Dear Esther and others,

As far as I remember, Caesarius doesn't name "iste foetor" a "foetor 
iudaicus", though the research literature always assumes that he was 
using this concept (for which there's ample evidence in Patristics; 
see Schreckenberg, Adversus-Judaeos-Texte I, Index s.v.). Remember 
that this is also in the context of Marian symbolism, and Mary is, 
among many other things, "odor suavitatis".
 Talking of Caesarius reminds me of Gary Dickson's lament that his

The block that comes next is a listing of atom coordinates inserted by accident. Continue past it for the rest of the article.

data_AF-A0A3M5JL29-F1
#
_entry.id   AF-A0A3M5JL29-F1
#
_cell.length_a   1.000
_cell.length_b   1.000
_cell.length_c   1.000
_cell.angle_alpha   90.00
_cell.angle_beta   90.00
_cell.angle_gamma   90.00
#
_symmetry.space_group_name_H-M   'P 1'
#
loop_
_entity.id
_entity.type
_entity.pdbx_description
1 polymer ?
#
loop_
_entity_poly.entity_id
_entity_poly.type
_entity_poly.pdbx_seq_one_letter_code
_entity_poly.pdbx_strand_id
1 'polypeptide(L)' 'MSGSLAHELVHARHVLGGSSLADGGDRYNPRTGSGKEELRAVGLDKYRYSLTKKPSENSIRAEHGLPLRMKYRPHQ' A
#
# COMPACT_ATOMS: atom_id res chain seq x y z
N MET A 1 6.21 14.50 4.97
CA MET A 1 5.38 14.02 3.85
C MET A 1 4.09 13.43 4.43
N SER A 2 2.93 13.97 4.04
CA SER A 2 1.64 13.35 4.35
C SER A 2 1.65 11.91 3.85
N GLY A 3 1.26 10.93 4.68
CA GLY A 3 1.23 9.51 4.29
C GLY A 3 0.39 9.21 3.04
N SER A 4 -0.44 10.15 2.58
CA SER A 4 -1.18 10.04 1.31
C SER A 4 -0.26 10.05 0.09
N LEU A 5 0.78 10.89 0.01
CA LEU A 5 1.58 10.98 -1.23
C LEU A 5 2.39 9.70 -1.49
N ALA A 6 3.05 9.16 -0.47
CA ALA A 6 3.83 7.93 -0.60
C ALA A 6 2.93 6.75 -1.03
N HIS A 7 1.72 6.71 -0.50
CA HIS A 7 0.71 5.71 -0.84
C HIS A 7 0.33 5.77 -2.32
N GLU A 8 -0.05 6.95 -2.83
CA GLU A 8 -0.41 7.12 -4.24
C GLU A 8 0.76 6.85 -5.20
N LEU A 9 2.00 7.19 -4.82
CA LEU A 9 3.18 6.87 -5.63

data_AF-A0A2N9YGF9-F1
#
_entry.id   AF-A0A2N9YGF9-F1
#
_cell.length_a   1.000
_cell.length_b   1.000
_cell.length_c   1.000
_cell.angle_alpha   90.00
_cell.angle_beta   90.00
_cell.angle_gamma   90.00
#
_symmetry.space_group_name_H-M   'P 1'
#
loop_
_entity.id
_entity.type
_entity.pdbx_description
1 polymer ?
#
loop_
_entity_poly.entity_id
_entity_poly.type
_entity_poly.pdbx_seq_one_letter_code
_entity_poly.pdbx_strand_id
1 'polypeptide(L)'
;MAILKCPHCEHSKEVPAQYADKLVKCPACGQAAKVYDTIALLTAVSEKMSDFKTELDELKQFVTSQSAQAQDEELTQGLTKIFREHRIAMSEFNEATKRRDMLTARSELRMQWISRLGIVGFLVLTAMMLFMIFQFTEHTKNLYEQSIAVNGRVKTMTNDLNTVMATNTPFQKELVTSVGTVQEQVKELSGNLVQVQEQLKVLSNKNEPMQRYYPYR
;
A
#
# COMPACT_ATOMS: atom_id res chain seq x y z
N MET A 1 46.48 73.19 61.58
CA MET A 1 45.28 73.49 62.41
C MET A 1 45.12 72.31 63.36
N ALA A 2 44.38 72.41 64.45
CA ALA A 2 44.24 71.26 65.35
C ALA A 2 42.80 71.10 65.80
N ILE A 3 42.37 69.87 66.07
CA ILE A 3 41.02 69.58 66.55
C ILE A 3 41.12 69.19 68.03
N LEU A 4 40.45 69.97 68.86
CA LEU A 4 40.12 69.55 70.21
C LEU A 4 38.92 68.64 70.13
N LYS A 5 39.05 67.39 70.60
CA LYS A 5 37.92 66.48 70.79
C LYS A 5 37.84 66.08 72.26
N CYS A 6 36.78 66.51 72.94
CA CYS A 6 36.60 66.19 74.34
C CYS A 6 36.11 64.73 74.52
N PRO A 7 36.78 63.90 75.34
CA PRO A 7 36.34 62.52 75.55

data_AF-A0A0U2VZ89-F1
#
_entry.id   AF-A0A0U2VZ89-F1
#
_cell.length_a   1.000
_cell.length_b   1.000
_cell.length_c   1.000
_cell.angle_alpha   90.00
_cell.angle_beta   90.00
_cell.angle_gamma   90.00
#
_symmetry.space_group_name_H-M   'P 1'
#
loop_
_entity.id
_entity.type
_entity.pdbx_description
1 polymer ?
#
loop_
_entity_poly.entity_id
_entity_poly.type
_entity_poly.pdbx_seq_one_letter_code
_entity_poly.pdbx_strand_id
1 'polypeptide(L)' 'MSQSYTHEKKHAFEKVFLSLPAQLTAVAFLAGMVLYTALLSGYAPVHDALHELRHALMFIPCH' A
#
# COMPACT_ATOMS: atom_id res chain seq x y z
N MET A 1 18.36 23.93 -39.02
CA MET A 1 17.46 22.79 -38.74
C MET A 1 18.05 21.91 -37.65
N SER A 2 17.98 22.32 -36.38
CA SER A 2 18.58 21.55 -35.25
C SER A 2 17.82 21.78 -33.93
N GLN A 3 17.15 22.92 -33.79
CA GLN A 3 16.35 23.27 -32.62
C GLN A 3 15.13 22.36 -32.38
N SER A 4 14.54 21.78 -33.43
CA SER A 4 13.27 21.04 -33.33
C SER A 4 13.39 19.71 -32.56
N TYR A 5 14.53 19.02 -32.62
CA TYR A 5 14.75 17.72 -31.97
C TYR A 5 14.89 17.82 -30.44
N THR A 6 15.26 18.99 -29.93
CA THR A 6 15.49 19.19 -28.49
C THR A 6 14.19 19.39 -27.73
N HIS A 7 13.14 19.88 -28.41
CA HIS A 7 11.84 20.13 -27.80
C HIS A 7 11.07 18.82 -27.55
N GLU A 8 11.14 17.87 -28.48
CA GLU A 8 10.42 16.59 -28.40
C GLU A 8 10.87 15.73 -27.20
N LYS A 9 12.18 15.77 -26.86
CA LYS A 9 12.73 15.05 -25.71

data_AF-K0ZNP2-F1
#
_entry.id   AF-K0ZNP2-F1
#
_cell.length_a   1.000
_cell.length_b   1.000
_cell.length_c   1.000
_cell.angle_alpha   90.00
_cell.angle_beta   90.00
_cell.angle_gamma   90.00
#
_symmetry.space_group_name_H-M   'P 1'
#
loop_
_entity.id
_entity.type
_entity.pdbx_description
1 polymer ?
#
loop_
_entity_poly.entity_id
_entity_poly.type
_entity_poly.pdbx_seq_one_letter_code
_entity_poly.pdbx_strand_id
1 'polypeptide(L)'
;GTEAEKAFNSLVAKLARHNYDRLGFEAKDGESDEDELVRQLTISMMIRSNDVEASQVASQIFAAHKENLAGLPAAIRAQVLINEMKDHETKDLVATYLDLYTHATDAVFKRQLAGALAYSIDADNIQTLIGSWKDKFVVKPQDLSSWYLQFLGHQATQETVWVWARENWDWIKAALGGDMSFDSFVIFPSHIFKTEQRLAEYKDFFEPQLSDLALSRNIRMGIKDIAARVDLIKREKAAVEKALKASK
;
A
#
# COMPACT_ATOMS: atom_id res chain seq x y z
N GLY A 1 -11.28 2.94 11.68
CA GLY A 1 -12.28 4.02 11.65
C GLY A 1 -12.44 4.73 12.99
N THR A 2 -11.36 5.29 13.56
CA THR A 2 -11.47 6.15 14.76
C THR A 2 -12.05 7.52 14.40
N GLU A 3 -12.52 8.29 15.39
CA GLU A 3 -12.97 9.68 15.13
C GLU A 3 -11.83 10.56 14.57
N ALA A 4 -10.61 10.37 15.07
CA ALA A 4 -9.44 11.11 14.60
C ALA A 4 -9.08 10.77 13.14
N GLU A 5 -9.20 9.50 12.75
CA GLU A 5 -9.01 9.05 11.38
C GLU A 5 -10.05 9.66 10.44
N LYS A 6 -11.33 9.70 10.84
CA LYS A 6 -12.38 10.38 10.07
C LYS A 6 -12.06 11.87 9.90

Dialogus wasn't available in a cheap edition. What about putting our 
excerpts on the net somewhere? (e.g. at the Sermons Studies homepage, 
George?) And someone should start working on a proper critical 
edition, too.

Best wishes,

> To add, somewhat belatedly, to Michael G's list of smells - Caesarius of
> Heisterbach tells of a Jewish girl who had converted and entered a
> monastery, and who could smell her relatives from far away when they came to
> try and get her up. The "fetor Iudaicus".
> Esther Cohen
> Hebrew University, Jerusalem